Each year as the holiday season approaches we are reminded of the holiday events of years past – good or bad. We may also be dealing with the adjustments in our lives from the preceding year such as job changes; the birth, illness or death of loved ones; moving away from family or friends; the stress of having a family member in military service overseas or a myriad of other possibilities that lead to stress, anxiety, and depression.
For some people these changes have a more intense impact during the holiday season. This may manifest itself in self-examination, consideration of the unknown future for the coming year or even in bouts of depression.
If you are experiencing a high level of anxiety or emotional stress, consider making small changes in order to make the season more manageable – emotionally and physically. To avoid being “bummed out” and to have a more enjoyable time during the holidays this year consider:
- Traditions – Some families have traditions which have been in place for years. Others may be very new. Either way, these traditions may be changed or put on hold if they are difficult to maintain this year. There is no rule book that requires a family to do the same thing each year so feel free to change if that will work best for you and your family. On the other hand, if traditions are soothing and comforting, by all means continue them. Yet remain sensitive to their impact upon you and your family and be open to changes needed by each of you. Be open to trying something new.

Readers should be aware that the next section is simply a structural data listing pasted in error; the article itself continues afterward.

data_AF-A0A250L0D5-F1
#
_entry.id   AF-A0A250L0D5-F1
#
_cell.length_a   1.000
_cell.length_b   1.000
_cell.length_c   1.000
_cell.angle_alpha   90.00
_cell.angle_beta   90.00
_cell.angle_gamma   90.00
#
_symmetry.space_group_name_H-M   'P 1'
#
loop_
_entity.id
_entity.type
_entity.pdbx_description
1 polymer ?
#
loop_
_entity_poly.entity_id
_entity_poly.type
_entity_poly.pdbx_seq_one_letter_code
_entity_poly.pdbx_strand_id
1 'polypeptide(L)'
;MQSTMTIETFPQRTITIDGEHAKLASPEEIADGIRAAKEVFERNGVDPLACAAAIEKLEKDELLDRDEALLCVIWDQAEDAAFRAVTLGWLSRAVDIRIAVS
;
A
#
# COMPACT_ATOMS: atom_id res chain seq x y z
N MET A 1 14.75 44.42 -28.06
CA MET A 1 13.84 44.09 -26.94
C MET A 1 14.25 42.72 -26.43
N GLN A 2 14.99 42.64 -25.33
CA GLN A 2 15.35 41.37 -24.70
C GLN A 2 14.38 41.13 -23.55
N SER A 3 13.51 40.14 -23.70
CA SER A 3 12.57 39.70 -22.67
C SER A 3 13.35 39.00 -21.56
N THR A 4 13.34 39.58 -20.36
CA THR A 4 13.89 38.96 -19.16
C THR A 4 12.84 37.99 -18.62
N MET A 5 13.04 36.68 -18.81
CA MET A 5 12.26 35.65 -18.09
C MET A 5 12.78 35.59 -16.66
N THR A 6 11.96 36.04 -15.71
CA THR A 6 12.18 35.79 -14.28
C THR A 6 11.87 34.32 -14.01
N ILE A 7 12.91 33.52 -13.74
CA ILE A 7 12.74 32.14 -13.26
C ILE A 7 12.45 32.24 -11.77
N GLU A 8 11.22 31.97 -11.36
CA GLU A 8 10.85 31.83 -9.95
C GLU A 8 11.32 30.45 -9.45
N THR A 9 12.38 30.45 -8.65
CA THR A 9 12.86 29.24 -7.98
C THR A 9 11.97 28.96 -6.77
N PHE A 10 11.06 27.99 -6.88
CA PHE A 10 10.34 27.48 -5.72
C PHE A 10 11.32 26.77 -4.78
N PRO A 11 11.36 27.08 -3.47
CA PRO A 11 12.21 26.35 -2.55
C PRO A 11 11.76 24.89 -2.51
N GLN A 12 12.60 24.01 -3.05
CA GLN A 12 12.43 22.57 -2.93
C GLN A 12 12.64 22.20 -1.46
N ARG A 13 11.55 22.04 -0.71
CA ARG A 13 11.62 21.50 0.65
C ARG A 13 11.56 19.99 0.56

- Expectations – Keep your expectations realistic. Make a list of things to be done. Are there tasks which are unnecessary or that you could have others help to complete? Then complete the remaining tasks as time and finances allow.
- Time for Yourself – Spending time with others who are special and supportive is very important during the holidays. Yet is also vital that you spend time taking care of yourself. Care for yourself by eating well, exercising, getting adequate sleep and taking time to do something nice just for you. And most importantly breathe and take the time to relax.
· The Good News – The stress and intensity of holidays is generally short-term and subsides as daily routines are resumed. And remember to seek the listening ear of a family member, friend, physician, clergy, or professional counselor when additional support is needed.
In the event that you or a loved one is overwhelmed to the point of depression due to the fact that a loved one is not present due to death, extreme illness or military service, here are some coping tips.
ü Acknowledge their absence and the feelings you have. Grief is possible in the case of death or absence. It is important to recognize grief as a normal and natural process. Avoiding the fact that someone or something is missing will not eliminate the feelings.
ü Find a way to include the memory. Plan some activity that will honor the absent person. This could be as simple as a moment of silence or displaying a picture.
ü Choose good holiday companionship. It is important to plan ahead and avoid isolation during the holidays. Choose people with whom you feel safe and comfortable to spend time with during the holidays.
ü Avoid excessive alcohol consumption. Alcohol and drugs are used as a way of trying to avoid. However, they only increase the negative feelings.
If you or someone you know is coping with feelings of grief, helplessness, hopelessness, or isolation, help is available from anywhere in the state by calling your local community mental health center (visit http://mhmr.ky.gov/files/CMHC_Crisis.pdf) or dialing 911. For further information on mental health, visit http://mhmr.ky.gov/MH/.